TBY talks to HE Jacob Zuma, President of South Africa, on the extent of his country's relations with the Sultanate of Oman and the latter's historical role in Africa.

HE Jacob Zuma
Influenced by a trade unionist family member, Jacob Zuma became involved in politics at an early age, joining the ANC in 1958. He became an active member of the ANC’s armed wing, Umkhonto we Sizwe, in 1962, following the banning of the ANC in 1960. While on his way out of the country in 1963, he was arrested and sentenced to 10 years’ imprisonment. He left South Africa in December 1975 and for the next 12 years was based in Southern Africa. Following the legalization of the ANC in February 1990, he was one of the first ANC leaders to return to South Africa to begin the process of negotiations with the then apartheid regime. In 1991, at the first ANC conference held in South Africa since 1959, he was elected Deputy Secretary General. He was elected ANC Deputy President in December 1997, and served as Deputy President of South Africa from 1999 until June 2005. Zuma was elected ANC President in December 2007, becoming the ANC’s candidate for South African president in the 2009 elections.

What is the state of bilateral and trade relations between South Africa and Oman?

South Africa and Oman maintain good bilateral political relations, and the potential for the enhancement of trade relations remains expansive. We have institutionalized our relationship through the establishment of a Partnership Forum to explore opportunities for joint collaboration in the fields of education, economic relations, science and technology, and agriculture at both the provincial and governorate levels. I further undertook a state visit to the Sultanate in November 2011, during which investment opportunities were identified and trade and economic agreements were signed. South Africa and Oman maintains a strong defense relationship. Frequent exchanges of bilateral visits have taken place. Oman is also an importer of military equipment from South Africa, and was the first Gulf country to acquire South Africa's G6 artillery system in the 1990s. We are pleased that total trade between the two countries has shown a strong increase over the past five years, with growth of total trade averaging 178.09% over 2009 to 2013.

How can the two countries mutually complement each other both politically and economically?

Within the multilateral arena and with the objective of strengthening south-south cooperation, South Africa and Oman cooperate within the Indian Ocean Rim Association for Regional Cooperation (IOR-ARC). Both South Africa and Oman have adopted developmental agendas—the National Development Plan and in the case of the latter, Vision 2020—and we envisage increased cooperation in a variety of complementary fields for our mutual benefit, including trade and investment, and education. We are exploring the potential for joint investment in South African infrastructure projects and tri-lateral investment projects in other parts of Africa.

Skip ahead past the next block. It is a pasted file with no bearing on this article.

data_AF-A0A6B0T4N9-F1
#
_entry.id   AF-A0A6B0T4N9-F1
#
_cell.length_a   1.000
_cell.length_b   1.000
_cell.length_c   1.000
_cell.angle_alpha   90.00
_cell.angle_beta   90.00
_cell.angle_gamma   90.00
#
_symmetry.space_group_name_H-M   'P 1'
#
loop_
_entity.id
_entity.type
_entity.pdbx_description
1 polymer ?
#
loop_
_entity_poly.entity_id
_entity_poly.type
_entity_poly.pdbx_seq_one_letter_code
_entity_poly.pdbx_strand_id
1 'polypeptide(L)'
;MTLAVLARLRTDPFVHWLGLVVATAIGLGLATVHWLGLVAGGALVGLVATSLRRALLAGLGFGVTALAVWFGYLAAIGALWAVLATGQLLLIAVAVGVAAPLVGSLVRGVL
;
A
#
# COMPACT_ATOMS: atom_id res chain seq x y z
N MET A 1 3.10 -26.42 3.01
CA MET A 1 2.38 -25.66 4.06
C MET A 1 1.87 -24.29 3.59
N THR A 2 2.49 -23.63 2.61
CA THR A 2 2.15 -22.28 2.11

We are keen on civil society exchanges to address education/training and health services requirements and on increased trade, especially to address food security issues in Oman through initiatives such as the establishment of a cold storage facility at the Port of Sohar Free Zone. In this regard, agreements have been concluded between the Ports of Sohar and Salalah with Richards Bay Industrial Development Zone. The benefits of these initiatives could potentially be expanded to other South Africa provinces since Sohar serves as an entry point to other GCC countries such as the UAE, Saudi Arabia, and Qatar, while Salalah has extensive connectivity in terms of shipping lines in all directions to the rest of the world and road links to the interior of Oman and Saudi Arabia that could fast-track the transportation of goods. Both South Africa and Oman offer the potential for enhanced tourism between the countries. In this regard, the 2010 World Cup did much to enhance South Africa's image in Oman.

Which sectors are both countries focusing on in terms of trade, investment, and collaborations?

South Africa has undertaken various business missions to Oman, headed by the former Minister of Trade and Industry of South Africa in March 2006 and by the former Kwa-Zulu Natal MEC for Economic Affairs in May 2006. The Omani Minister of Trade also visited South Africa, accompanied by a business delegation, in November 2006, where a trade agreement was signed during the Business Forum. South Africa's Minister of Economic Development visited the Sultanate in May 2010 and was accompanied by over 25 members of a South African delegation, representing a wide range of industries including automotive, electro-mechanical, agro-processing, logistics, and tourism. Several sectors have been identified as priority sectors for investments and for joint cooperation to increase trade, including: agro-processing; petrochemicals; innovation and technology; the green economy; infrastructure development; and minerals cooperation.

Which areas are expected to see a boost in the short term?

Cooperation is being explored in the field of sustainable aquaculture and fisheries and in the exchange of technical expertise in defense and security between the South African Police Services and the Department of State Security and the Royal Omani Police Force and the Sultan's Special Forces.